Book Review: The Fires of Heaven

The Fires of Heaven (Wheel of Time, Book 5) The Fires of Heaven by Robert Jordan

My review


rating: 4 of 5 stars
So this is the first one of my reviews that I’ve downgraded. I originally rated Fires of Heaven five stars, based on memory alone. Now it’s four, and if it weren’t for an awesome finale, it would have been lucky to have three. What did I think about it? I think the book took a tremendous turn from the epic fantasy roots of the first three in the series–a turn that started in book four, but which didn’t really become apparent until this novel. Jordan went from writing an excellent save the world fantasy to writing an explore the world and its characters while you save it fantasy. And I’m not really a big fan of some of the exploration scenes–at least not now.

Perhaps if I were reading this for the first time again, it would be different, but as it was, I was really bored by the the endless circus and Prophet scenes with Nynaeve and Elayne. They worked at first–especially with Birgitte coming into play–but then about halfway through, they turned into much more of a "get Nynaeve and Elayne to Salidar–slowly" vehicle. Nynaeve can’t remember the name of the town? And she’s too scared to go back to the Dream World to search for it more? That just got to be too contrived for me, an excuse to explore a town on the verge of rioting. Add to that the endless harping of the three women in that section . . . I sighed every time they popped up, which was often.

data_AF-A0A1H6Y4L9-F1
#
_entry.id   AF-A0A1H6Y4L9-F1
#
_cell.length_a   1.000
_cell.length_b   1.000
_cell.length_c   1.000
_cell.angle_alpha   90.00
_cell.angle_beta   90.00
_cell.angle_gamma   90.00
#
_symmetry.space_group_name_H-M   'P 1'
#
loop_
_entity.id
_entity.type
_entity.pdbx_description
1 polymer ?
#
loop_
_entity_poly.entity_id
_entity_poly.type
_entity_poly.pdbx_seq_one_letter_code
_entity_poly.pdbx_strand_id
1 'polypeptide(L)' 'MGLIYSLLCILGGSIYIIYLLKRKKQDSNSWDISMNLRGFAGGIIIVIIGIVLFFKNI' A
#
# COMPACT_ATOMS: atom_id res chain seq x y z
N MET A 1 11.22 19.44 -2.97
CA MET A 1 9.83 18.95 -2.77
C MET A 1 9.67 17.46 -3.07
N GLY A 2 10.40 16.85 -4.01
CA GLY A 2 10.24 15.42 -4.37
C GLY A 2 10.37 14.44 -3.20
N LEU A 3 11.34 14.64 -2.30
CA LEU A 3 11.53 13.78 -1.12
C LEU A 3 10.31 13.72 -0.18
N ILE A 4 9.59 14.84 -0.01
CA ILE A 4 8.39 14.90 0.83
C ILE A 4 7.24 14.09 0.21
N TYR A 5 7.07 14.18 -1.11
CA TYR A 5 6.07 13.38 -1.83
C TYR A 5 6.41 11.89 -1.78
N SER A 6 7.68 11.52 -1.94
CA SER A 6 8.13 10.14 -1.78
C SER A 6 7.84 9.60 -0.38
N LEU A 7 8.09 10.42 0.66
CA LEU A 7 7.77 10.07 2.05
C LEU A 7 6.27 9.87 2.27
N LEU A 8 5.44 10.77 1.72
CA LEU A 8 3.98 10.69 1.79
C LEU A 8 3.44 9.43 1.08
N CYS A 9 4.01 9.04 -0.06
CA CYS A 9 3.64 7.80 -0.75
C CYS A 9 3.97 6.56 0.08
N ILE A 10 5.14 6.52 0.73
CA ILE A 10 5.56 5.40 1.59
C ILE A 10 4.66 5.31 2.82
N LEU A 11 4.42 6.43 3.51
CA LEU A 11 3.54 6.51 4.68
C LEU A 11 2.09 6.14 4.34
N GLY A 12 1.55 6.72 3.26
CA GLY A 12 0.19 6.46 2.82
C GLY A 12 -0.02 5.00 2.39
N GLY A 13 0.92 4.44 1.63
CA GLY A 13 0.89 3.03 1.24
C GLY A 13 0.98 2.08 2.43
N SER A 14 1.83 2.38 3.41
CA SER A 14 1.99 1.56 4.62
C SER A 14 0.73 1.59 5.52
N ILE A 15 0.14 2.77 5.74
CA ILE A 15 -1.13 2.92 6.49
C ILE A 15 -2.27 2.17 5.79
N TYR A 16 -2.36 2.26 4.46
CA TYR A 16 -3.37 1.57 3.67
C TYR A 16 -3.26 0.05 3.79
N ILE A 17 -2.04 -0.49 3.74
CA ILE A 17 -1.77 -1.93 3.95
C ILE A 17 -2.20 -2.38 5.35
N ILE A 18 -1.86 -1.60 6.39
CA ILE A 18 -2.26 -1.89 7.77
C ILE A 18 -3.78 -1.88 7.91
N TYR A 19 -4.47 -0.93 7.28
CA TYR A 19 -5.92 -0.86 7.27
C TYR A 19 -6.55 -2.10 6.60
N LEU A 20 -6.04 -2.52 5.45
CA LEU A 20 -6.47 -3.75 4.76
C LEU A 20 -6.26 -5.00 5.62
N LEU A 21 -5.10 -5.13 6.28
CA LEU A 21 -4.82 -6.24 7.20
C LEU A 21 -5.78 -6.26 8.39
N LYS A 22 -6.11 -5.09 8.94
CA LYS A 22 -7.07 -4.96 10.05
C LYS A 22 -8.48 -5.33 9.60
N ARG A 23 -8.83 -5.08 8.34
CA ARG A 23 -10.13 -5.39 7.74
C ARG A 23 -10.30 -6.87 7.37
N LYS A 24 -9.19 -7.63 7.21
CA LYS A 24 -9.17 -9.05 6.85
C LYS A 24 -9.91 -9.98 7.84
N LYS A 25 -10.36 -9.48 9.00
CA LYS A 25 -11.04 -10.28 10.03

And which is too bad, because the Rand stuff is great. The fight for Cairhien, Moiraine vs. Lanfear, the climactic battle vs. Rahvin–all very cool, very well done, exciting stuff. Some of the best action of the series. And Mat starts to really come into his own at last.

Still, as much as I enjoyed those pieces of the book (they were enough to get the entirety a whole extra star in my rating), I’m getting my first sniff of Trouble Ahead. No Perrin at all for the entire novel? Okay, I can understand that more or less. Not much was happening with him. But I think where the frustrations of fans came into play lie in the fact that Jordan started one type of series, and the series morphed into another beast along the way. The pieces of the original series (the action/epic fantasy series) are still there, but they’ve had a slew of character studies, scene descriptions and world building spliced into them, which is cool if that’s what you’re going for–but it isn’t what the series originally promised.

We’ll see what the later books hold in store for me. Maybe I’m needlessly worried. I hope so. Stay tuned to find out.

View all my reviews.

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